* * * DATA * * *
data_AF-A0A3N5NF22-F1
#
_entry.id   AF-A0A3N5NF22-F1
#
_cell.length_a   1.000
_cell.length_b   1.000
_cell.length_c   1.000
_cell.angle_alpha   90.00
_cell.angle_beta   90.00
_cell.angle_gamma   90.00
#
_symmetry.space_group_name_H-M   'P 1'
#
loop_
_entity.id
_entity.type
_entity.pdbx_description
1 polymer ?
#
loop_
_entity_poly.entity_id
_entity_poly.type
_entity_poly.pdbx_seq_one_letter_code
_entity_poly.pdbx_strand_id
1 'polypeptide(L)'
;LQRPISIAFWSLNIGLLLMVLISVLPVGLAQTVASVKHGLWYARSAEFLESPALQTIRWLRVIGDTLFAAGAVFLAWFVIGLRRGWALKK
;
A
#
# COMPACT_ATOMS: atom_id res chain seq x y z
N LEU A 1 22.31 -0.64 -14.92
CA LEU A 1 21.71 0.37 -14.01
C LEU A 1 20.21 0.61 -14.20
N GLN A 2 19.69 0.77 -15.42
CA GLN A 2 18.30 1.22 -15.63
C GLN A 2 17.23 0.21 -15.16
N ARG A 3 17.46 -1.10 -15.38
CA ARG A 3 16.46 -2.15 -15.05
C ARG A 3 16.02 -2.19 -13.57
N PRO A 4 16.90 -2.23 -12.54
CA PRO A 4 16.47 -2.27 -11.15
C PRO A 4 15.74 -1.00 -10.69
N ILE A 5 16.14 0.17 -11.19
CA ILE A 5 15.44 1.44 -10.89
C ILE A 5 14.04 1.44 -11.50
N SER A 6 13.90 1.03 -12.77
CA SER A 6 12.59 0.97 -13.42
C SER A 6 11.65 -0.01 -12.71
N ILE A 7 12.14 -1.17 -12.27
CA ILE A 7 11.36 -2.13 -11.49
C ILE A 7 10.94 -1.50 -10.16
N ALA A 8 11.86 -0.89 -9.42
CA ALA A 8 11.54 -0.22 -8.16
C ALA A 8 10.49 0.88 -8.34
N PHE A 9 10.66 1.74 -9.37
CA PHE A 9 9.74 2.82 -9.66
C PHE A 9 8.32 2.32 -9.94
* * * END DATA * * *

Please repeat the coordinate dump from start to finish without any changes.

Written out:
data_AF-A0A3N5NF22-F1
#
_entry.id   AF-A0A3N5NF22-F1
#
_cell.length_a   1.000
_cell.length_b   1.000
_cell.length_c   1.000
_cell.angle_alpha   90.00
_cell.angle_beta   90.00
_cell.angle_gamma   90.00
#
_symmetry.space_group_name_H-M   'P 1'
#
loop_
_entity.id
_entity.type
_entity.pdbx_description
1 polymer ?
#
loop_
_entity_poly.entity_id
_entity_poly.type
_entity_poly.pdbx_seq_one_letter_code
_entity_poly.pdbx_strand_id
1 'polypeptide(L)'
;LQRPISIAFWSLNIGLLLMVLISVLPVGLAQTVASVKHGLWYARSAEFLESPALQTIRWLRVIGDTLFAAGAVFLAWFVIGLRRGWALKK
;
A
#
# COMPACT_ATOMS: atom_id res chain seq x y z
N LEU A 1 22.31 -0.64 -14.92
CA LEU A 1 21.71 0.37 -14.01
C LEU A 1 20.21 0.61 -14.20
N GLN A 2 19.69 0.77 -15.42
CA GLN A 2 18.30 1.22 -15.63
C GLN A 2 17.23 0.21 -15.16
N ARG A 3 17.46 -1.10 -15.38
CA ARG A 3 16.46 -2.15 -15.05
C ARG A 3 16.02 -2.19 -13.57
N PRO A 4 16.90 -2.23 -12.54
CA PRO A 4 16.47 -2.27 -11.15
C PRO A 4 15.74 -1.00 -10.69
N ILE A 5 16.14 0.17 -11.19
CA ILE A 5 15.44 1.44 -10.89
C ILE A 5 14.04 1.44 -11.50
N SER A 6 13.90 1.03 -12.77
CA SER A 6 12.59 0.97 -13.42
C SER A 6 11.65 -0.01 -12.71
N ILE A 7 12.14 -1.17 -12.27
CA ILE A 7 11.36 -2.13 -11.49
C ILE A 7 10.94 -1.50 -10.16
N ALA A 8 11.86 -0.89 -9.42
CA ALA A 8 11.54 -0.22 -8.16
C ALA A 8 10.49 0.88 -8.34
N PHE A 9 10.66 1.74 -9.37
CA PHE A 9 9.74 2.82 -9.66
C PHE A 9 8.32 2.32 -9.94